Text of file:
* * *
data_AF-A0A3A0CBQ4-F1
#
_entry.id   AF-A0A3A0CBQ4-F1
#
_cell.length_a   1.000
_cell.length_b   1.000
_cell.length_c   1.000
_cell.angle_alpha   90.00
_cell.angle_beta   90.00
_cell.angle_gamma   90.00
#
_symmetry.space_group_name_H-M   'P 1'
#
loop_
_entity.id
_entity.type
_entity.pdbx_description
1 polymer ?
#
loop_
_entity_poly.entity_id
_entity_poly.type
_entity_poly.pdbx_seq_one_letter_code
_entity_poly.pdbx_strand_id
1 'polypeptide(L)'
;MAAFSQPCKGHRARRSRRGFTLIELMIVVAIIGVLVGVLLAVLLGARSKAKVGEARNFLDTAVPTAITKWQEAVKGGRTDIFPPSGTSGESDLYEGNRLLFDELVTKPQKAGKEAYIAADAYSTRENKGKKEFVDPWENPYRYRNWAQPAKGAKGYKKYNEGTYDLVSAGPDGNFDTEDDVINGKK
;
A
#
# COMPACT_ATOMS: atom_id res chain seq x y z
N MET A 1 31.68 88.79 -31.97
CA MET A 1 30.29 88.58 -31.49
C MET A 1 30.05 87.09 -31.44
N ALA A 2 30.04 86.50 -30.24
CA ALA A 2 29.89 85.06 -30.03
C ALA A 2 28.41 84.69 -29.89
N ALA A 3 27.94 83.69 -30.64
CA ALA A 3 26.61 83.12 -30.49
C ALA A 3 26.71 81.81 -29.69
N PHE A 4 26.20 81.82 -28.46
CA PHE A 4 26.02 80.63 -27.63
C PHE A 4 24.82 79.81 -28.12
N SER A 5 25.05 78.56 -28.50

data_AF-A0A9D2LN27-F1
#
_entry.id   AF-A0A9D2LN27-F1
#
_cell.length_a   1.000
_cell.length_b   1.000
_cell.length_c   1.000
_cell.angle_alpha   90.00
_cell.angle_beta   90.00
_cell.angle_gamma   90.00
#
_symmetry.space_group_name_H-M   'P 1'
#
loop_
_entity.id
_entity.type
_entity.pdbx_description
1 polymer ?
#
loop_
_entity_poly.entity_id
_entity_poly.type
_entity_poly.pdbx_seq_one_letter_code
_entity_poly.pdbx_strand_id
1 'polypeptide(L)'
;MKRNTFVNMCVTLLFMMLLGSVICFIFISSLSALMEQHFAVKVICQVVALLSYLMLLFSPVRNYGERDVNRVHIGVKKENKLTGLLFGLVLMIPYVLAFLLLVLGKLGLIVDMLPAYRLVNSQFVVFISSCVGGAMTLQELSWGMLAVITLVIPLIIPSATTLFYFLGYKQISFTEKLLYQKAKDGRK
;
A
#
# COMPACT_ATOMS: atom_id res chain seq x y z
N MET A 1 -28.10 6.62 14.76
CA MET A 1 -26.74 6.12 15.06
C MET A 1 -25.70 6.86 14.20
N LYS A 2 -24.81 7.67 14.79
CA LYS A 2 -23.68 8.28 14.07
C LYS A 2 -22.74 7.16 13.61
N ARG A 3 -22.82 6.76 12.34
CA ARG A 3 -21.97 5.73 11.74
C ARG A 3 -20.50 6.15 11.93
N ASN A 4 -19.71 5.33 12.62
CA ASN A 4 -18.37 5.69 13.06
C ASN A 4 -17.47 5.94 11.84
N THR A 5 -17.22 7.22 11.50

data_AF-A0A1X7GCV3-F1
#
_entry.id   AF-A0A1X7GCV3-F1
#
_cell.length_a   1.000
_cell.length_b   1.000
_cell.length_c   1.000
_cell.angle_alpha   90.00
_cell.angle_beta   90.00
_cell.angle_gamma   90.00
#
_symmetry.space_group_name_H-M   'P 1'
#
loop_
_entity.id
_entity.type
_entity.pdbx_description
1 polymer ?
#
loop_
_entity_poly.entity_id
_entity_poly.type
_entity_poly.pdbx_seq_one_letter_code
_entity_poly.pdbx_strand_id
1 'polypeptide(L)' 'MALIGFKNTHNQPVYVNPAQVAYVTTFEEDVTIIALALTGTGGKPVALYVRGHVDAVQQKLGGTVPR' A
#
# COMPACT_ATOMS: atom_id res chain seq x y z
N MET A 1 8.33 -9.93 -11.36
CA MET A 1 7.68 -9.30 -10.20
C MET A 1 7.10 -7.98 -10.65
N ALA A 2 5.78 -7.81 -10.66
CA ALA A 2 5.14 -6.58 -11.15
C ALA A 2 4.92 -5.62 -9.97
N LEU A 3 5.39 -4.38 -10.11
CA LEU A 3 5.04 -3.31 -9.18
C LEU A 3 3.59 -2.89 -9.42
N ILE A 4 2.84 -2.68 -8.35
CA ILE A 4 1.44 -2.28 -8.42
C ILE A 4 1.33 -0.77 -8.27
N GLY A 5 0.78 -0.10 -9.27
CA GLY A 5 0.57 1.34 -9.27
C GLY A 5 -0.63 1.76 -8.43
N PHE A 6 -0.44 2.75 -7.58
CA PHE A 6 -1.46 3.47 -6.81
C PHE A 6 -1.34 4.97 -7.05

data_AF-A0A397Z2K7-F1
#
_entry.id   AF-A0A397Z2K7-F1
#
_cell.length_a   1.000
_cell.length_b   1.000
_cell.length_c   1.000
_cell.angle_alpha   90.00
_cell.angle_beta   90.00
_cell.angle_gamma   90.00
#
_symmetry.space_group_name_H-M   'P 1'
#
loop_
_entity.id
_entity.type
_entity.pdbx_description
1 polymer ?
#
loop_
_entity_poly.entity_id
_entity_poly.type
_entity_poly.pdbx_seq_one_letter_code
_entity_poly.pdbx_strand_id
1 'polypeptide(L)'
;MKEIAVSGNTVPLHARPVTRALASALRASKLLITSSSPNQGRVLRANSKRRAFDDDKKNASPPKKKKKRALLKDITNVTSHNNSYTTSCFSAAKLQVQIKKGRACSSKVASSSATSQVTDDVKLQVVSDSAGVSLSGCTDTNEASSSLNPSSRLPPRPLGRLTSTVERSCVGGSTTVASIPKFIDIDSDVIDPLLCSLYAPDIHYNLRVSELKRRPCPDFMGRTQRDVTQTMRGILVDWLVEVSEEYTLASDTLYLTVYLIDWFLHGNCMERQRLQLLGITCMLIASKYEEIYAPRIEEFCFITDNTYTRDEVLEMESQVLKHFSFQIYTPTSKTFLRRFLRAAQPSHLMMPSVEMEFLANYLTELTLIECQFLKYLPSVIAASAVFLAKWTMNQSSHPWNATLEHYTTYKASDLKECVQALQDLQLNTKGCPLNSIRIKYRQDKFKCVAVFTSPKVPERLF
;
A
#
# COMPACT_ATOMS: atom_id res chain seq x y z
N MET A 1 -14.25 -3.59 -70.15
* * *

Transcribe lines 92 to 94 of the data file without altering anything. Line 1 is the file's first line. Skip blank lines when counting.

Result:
_cell.length_b   1.000
_cell.length_c   1.000
_cell.angle_alpha   90.00